## ::Subgroup

### ::concepts

Style::group Color::**subgroup** ''H''::''g'' Table::cayley Elements::''a'' Cyclic::thumb

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In mathematics, given a group *G* under a binary operation ∗, a subset *H* of *G* is called a **subgroup** of *G* if *H* also forms a group under the operation ∗. More precisely, *H* is a subgroup of *G* if the restriction of ∗ to *H* × *H* is a group operation on *H*. This is usually denoted *H* ≤ *G*, read as "*H* is a subgroup of *G*".

The **trivial subgroup** of any group is the subgroup {*e*} consisting of just the identity element.

A **proper subgroup** of a group *G* is a subgroup *H* which is a proper subset of *G* (i.e. *H* ≠ *G*). This is usually represented notationally by *H* < *G*, read as "*H* is a proper subgroup of *G*". Some authors also exclude the trivial group from being proper (i.e. {*e*} ≠ *H* ≠ *G*).<ref>Hungerford (1974), p. 32</ref><ref>Artin (2011), p. 43</ref>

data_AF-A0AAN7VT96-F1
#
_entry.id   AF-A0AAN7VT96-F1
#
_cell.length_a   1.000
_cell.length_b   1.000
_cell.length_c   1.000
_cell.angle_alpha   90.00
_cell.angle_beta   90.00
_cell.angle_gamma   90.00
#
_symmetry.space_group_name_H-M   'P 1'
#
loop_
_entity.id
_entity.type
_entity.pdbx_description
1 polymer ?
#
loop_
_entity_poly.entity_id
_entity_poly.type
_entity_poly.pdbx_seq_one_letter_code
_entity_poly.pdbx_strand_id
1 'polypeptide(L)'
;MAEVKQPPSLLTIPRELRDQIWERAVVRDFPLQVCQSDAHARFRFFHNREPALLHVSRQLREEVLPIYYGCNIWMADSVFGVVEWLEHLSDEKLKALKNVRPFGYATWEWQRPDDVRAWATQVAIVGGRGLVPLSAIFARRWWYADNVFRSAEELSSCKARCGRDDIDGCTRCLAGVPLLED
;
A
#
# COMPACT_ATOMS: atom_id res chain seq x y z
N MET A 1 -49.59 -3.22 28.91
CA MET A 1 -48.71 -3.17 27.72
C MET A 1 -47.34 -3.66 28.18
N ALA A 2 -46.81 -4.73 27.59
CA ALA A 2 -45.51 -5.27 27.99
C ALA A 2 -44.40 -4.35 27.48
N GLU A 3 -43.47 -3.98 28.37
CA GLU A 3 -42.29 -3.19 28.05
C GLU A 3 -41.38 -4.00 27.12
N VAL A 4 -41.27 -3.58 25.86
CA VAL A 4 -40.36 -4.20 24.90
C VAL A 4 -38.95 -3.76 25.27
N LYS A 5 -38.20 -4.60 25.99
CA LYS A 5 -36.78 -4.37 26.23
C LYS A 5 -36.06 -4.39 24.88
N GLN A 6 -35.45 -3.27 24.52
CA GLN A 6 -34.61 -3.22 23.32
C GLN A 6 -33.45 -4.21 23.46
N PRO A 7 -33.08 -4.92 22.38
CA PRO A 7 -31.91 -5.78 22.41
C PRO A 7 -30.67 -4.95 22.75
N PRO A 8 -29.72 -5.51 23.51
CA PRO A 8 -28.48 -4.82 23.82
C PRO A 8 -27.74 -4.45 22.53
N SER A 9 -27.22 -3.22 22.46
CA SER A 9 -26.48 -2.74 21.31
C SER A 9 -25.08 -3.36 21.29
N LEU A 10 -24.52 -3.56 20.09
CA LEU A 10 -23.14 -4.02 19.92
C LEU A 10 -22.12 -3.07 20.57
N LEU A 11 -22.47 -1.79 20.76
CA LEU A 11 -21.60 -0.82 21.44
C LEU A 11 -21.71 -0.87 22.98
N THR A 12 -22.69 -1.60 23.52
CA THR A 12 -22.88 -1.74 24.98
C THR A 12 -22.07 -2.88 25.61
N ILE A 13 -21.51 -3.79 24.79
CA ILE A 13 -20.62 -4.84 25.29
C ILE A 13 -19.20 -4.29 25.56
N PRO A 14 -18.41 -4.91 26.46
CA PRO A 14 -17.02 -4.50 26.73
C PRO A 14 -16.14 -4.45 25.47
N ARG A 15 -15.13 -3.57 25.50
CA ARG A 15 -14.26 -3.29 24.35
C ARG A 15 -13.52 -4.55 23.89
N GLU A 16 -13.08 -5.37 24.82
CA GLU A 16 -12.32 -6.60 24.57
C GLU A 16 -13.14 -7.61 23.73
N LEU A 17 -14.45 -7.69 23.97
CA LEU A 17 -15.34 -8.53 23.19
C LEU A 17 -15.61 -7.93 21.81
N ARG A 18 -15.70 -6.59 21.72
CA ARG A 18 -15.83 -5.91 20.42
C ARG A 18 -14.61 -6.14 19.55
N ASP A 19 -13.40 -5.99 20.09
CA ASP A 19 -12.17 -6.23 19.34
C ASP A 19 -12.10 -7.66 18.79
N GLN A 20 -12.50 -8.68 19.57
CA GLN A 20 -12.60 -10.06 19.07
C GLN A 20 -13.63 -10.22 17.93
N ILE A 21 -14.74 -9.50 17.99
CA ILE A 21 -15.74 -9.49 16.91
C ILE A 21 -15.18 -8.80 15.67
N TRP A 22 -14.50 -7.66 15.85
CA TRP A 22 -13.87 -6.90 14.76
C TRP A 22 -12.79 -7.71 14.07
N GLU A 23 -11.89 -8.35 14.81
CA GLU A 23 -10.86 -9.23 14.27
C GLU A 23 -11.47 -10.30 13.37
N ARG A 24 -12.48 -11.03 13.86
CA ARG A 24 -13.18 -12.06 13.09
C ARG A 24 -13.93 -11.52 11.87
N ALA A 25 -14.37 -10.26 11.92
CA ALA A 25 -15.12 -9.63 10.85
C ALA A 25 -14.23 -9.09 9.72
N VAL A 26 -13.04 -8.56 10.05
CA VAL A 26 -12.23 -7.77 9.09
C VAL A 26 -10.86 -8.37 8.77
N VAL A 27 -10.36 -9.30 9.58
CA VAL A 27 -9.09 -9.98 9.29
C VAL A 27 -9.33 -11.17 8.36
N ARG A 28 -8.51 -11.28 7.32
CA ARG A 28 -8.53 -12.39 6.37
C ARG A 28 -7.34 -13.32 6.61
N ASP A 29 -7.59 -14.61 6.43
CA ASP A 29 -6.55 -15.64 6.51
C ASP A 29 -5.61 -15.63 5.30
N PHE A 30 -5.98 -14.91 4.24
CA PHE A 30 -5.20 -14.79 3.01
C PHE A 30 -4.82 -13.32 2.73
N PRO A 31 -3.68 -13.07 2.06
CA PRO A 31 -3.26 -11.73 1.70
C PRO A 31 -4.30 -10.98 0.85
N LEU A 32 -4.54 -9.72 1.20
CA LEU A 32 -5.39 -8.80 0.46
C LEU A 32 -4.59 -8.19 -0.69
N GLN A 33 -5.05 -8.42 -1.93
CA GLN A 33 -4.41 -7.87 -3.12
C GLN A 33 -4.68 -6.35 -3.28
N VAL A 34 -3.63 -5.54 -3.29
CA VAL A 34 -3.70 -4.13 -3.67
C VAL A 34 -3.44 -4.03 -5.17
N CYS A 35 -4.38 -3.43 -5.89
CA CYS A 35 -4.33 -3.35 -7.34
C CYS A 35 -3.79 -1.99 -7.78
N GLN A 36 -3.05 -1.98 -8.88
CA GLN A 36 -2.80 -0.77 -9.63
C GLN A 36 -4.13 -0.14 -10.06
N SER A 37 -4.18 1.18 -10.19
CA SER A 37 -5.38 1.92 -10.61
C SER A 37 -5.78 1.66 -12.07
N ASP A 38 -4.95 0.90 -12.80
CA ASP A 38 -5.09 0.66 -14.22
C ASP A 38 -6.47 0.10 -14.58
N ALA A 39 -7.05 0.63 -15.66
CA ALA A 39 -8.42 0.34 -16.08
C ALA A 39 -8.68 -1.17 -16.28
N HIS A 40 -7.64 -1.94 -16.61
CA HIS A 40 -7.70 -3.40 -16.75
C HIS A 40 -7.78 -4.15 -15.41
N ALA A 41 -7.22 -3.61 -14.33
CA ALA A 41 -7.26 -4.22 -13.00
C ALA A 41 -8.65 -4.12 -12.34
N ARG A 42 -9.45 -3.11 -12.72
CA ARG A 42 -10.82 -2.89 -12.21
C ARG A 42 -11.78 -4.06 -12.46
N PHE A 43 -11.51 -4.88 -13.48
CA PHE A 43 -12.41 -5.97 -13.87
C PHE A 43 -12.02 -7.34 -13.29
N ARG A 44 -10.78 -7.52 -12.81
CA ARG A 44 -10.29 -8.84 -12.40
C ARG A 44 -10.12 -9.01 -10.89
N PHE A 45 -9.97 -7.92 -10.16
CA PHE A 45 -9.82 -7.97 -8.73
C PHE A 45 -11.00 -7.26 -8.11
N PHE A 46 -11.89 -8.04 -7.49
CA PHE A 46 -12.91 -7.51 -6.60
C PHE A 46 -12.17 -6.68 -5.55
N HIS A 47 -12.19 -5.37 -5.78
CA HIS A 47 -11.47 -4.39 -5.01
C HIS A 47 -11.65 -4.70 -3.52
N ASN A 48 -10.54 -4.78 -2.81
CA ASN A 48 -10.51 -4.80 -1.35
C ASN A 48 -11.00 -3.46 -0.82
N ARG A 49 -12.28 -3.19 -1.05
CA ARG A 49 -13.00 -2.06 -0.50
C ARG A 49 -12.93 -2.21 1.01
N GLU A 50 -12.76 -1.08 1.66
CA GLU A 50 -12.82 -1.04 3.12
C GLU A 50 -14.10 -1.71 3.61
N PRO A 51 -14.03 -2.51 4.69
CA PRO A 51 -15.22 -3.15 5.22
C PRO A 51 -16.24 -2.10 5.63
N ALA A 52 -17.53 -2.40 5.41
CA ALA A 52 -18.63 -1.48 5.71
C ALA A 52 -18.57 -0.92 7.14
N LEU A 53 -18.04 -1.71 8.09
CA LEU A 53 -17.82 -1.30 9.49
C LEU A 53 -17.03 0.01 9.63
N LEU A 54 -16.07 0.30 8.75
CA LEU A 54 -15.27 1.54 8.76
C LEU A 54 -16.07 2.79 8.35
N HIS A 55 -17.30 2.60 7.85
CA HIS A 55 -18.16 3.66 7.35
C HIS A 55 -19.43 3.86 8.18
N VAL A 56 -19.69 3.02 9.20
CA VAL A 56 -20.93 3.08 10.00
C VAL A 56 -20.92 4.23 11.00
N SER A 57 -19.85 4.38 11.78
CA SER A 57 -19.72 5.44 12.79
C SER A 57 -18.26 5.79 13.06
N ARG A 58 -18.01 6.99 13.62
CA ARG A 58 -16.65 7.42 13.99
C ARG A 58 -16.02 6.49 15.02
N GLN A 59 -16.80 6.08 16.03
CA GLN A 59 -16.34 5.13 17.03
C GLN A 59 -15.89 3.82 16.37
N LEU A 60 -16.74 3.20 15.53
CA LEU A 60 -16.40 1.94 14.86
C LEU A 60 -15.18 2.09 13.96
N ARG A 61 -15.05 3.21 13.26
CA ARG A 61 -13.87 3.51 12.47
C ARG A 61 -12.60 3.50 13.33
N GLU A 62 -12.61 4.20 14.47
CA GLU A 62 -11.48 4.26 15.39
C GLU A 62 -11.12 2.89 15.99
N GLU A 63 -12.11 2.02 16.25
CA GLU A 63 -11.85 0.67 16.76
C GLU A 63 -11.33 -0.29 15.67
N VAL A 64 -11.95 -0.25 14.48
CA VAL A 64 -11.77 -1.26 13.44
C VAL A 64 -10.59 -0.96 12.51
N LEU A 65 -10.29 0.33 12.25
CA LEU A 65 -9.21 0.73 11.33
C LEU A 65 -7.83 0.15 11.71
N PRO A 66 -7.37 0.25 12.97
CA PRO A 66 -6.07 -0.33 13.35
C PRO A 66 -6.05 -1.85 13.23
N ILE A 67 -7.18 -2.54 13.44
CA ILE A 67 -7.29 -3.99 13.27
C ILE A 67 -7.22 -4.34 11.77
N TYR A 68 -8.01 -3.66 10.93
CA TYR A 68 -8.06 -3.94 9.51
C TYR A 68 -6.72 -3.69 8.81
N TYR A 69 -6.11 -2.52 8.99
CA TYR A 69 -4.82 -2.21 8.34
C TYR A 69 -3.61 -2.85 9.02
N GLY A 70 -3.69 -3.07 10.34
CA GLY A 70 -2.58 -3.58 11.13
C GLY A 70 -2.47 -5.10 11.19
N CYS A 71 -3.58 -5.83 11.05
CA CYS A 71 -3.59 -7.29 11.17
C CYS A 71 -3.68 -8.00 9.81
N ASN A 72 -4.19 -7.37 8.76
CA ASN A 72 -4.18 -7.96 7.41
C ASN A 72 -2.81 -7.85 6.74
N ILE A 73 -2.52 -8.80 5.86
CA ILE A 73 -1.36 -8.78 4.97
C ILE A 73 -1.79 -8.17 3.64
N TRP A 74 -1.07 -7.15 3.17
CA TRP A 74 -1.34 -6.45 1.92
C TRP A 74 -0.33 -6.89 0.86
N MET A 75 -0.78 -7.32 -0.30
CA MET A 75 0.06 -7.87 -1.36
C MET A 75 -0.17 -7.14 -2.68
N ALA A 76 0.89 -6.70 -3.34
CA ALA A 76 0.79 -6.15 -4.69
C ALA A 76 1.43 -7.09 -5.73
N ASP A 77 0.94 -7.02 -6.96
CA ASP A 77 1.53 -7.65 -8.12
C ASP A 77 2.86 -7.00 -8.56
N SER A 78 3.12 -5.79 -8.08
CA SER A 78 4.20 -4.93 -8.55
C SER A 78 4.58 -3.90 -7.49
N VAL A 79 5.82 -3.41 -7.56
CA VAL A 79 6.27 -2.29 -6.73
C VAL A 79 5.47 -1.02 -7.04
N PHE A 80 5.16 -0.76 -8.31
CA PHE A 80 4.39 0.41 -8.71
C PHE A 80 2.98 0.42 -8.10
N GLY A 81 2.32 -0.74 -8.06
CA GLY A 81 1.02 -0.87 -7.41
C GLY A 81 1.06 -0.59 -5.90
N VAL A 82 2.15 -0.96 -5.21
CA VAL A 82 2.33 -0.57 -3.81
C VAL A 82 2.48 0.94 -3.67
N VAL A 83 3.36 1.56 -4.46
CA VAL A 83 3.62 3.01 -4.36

If *H* is a subgroup of *G*, then *G* is sometimes called an **overgroup** of *H*.

The same definitions apply more generally when *G* is an arbitrary semigroup, but this article will only deal with subgroups of groups. The group *G* is sometimes denoted by the ordered pair (*G*, ∗), usually to emphasize the operation ∗ when *G* carries multiple algebraic or other structures.

This article will write *ab* for *a* ∗ *b*, as is usual.

**Subgroup sections**

Intro Basic properties of subgroups Cosets and Lagrange's theorem See also Notes References

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